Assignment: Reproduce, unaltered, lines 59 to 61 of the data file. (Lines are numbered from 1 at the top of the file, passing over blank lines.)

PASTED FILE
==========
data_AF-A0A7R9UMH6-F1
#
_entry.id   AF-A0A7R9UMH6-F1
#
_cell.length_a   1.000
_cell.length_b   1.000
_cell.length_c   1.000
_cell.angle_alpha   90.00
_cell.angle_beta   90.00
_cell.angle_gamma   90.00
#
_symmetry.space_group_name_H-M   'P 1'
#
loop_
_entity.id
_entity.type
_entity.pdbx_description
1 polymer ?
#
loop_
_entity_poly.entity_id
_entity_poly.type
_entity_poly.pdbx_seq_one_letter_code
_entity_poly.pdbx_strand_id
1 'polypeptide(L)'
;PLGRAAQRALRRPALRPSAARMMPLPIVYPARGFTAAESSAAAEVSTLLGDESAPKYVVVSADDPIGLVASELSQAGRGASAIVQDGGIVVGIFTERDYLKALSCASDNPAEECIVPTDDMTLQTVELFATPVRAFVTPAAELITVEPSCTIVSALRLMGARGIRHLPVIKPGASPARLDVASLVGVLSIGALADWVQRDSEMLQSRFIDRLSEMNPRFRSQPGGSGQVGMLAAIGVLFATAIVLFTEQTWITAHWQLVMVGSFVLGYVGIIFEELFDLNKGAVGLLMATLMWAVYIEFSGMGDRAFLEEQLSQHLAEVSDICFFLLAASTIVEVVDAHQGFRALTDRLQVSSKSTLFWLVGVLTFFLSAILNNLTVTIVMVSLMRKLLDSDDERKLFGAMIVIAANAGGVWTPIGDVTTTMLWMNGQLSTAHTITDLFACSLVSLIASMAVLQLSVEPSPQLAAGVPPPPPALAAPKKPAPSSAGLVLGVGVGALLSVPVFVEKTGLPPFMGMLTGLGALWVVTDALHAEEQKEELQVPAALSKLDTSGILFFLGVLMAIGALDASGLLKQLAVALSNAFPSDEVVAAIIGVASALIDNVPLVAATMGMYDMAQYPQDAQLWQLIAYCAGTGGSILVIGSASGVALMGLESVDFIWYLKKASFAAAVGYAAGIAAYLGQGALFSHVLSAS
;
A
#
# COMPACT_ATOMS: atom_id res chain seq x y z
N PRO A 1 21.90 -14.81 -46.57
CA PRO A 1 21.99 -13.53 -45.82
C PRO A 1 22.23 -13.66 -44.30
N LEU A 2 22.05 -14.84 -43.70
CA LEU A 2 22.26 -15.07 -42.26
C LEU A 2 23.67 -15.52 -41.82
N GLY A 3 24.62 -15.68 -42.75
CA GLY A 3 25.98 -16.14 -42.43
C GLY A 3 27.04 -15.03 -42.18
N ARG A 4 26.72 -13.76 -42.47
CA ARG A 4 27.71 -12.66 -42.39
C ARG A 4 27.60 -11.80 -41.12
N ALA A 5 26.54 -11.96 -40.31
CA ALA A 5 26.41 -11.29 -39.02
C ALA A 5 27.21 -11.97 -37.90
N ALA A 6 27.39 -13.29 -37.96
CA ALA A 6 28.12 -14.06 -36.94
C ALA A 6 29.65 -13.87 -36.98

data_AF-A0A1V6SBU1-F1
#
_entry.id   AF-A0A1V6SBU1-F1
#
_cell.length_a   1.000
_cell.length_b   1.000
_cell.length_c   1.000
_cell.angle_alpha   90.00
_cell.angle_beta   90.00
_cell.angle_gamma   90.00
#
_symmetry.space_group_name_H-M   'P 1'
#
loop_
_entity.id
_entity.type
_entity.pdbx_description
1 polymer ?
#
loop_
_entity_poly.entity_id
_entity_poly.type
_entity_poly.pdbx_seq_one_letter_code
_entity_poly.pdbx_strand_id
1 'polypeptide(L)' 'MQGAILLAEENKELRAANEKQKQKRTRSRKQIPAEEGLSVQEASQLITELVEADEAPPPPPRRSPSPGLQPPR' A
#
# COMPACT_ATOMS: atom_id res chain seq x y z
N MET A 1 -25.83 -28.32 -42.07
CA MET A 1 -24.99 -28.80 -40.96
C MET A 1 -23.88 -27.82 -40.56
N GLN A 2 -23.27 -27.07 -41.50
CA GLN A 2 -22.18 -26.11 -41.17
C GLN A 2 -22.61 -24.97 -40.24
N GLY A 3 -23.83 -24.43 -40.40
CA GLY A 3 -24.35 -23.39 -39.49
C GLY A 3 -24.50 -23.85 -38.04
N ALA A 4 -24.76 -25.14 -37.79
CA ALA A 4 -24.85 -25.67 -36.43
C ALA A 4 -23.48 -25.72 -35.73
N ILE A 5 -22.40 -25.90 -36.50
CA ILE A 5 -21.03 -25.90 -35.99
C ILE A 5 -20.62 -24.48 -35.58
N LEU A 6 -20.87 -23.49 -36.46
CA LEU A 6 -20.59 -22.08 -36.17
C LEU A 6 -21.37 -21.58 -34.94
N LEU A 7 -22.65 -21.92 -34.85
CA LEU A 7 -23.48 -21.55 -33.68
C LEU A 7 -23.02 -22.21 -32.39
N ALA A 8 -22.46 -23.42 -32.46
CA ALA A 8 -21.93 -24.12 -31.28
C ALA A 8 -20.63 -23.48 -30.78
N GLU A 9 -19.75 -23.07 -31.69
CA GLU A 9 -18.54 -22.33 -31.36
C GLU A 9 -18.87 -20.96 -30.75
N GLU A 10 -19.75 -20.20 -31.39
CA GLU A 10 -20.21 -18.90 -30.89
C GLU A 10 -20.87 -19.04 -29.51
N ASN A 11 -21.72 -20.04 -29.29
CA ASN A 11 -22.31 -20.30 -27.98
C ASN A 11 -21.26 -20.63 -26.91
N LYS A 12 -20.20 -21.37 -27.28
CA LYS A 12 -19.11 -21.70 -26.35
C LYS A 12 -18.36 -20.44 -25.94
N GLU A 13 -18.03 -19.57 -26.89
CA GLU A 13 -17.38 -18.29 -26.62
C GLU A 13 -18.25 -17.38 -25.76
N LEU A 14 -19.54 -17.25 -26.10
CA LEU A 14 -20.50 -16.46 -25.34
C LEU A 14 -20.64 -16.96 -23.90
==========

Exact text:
#
_symmetry.space_group_name_H-M   'P 1'
#